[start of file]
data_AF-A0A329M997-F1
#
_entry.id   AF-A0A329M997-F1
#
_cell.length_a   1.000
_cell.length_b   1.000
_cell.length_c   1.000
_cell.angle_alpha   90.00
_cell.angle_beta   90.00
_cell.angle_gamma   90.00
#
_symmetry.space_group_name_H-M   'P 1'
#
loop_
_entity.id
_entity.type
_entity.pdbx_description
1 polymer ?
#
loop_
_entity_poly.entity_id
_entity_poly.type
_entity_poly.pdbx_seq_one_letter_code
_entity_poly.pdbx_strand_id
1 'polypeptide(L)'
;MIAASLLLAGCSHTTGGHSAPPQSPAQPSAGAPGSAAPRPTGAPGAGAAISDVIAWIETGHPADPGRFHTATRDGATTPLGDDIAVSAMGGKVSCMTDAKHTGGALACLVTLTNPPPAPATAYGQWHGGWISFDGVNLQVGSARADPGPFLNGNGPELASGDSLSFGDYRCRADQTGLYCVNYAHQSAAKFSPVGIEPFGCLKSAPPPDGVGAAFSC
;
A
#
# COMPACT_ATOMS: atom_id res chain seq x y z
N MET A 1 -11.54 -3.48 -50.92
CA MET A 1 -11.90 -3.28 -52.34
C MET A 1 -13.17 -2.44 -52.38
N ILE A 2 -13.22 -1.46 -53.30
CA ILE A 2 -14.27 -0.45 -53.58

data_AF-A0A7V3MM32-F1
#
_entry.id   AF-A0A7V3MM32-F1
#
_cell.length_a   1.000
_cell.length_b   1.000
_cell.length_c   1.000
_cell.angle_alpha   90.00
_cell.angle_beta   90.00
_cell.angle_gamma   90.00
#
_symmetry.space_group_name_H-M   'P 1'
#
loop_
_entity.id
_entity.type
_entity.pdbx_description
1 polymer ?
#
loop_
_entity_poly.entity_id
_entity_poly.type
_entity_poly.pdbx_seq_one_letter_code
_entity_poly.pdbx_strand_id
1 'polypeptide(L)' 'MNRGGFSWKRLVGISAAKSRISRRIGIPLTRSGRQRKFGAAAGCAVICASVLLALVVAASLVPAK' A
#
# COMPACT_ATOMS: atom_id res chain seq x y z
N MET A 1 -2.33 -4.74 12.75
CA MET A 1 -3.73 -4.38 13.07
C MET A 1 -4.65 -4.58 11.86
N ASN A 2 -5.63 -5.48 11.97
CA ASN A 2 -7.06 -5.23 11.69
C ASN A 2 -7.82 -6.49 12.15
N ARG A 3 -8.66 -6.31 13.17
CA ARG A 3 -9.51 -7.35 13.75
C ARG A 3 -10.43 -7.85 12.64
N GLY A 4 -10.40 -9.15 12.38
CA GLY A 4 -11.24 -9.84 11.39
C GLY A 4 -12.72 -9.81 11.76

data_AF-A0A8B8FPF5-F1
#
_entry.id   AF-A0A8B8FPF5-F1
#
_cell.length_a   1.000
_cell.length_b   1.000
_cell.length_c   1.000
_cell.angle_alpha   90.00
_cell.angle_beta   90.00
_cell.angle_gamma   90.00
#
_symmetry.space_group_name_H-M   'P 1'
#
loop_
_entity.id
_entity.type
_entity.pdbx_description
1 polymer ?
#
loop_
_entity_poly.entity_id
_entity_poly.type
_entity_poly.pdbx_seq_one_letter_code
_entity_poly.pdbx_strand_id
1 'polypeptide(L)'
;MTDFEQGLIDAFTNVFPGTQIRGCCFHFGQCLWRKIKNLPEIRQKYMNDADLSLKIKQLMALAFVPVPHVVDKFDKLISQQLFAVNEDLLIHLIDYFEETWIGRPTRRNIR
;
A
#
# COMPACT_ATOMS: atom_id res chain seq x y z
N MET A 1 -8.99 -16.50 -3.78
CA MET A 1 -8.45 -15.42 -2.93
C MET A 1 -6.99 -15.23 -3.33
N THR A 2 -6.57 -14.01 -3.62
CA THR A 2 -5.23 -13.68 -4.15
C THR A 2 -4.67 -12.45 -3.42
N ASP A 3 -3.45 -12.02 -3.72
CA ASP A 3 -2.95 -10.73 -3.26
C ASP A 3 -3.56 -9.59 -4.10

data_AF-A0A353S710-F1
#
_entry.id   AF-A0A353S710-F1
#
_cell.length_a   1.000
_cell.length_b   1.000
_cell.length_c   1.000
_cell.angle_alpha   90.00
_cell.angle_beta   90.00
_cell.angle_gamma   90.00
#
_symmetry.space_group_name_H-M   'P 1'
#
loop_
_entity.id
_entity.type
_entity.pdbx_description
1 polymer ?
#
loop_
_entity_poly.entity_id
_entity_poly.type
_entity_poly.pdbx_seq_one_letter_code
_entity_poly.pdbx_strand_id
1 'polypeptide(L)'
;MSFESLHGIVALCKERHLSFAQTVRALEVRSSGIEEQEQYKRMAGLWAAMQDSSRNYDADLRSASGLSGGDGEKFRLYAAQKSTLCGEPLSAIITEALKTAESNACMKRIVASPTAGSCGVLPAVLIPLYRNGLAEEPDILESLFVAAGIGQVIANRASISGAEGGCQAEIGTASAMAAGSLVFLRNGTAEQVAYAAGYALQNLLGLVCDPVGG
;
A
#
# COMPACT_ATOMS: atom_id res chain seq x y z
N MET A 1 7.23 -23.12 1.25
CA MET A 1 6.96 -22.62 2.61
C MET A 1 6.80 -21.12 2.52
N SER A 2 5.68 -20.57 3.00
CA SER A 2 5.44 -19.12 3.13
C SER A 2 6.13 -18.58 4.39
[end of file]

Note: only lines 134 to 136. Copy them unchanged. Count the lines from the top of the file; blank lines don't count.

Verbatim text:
_entity_poly.entity_id
_entity_poly.type
_entity_poly.pdbx_seq_one_letter_code